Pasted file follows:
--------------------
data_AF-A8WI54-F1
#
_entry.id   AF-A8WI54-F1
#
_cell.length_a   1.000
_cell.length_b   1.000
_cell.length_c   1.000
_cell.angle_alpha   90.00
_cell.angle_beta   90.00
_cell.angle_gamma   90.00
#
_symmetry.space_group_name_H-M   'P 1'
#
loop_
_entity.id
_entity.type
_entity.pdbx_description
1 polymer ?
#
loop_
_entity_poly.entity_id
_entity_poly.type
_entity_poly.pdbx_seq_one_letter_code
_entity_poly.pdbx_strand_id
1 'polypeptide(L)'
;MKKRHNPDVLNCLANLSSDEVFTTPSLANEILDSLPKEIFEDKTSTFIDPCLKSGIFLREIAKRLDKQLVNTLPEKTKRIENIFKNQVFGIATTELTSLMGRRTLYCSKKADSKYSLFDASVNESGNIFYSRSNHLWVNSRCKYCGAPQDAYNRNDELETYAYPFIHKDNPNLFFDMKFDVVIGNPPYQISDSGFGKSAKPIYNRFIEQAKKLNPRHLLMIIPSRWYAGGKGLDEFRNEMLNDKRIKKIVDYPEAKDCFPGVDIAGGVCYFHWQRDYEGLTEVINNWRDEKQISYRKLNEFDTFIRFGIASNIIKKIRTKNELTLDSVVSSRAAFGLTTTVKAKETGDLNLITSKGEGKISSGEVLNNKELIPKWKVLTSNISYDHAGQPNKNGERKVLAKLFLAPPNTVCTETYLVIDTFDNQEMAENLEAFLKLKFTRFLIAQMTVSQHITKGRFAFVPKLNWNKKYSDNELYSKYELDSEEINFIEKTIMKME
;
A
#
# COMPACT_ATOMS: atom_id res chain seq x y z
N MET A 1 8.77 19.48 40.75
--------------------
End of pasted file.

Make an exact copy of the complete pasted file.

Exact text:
data_AF-A8WI54-F1
#
_entry.id   AF-A8WI54-F1
#
_cell.length_a   1.000
_cell.length_b   1.000
_cell.length_c   1.000
_cell.angle_alpha   90.00
_cell.angle_beta   90.00
_cell.angle_gamma   90.00
#
_symmetry.space_group_name_H-M   'P 1'
#
loop_
_entity.id
_entity.type
_entity.pdbx_description
1 polymer ?
#
loop_
_entity_poly.entity_id
_entity_poly.type
_entity_poly.pdbx_seq_one_letter_code
_entity_poly.pdbx_strand_id
1 'polypeptide(L)'
;MKKRHNPDVLNCLANLSSDEVFTTPSLANEILDSLPKEIFEDKTSTFIDPCLKSGIFLREIAKRLDKQLVNTLPEKTKRIENIFKNQVFGIATTELTSLMGRRTLYCSKKADSKYSLFDASVNESGNIFYSRSNHLWVNSRCKYCGAPQDAYNRNDELETYAYPFIHKDNPNLFFDMKFDVVIGNPPYQISDSGFGKSAKPIYNRFIEQAKKLNPRHLLMIIPSRWYAGGKGLDEFRNEMLNDKRIKKIVDYPEAKDCFPGVDIAGGVCYFHWQRDYEGLTEVINNWRDEKQISYRKLNEFDTFIRFGIASNIIKKIRTKNELTLDSVVSSRAAFGLTTTVKAKETGDLNLITSKGEGKISSGEVLNNKELIPKWKVLTSNISYDHAGQPNKNGERKVLAKLFLAPPNTVCTETYLVIDTFDNQEMAENLEAFLKLKFTRFLIAQMTVSQHITKGRFAFVPKLNWNKKYSDNELYSKYELDSEEINFIEKTIMKME
;
A
#
# COMPACT_ATOMS: atom_id res chain seq x y z
N MET A 1 8.77 19.48 40.75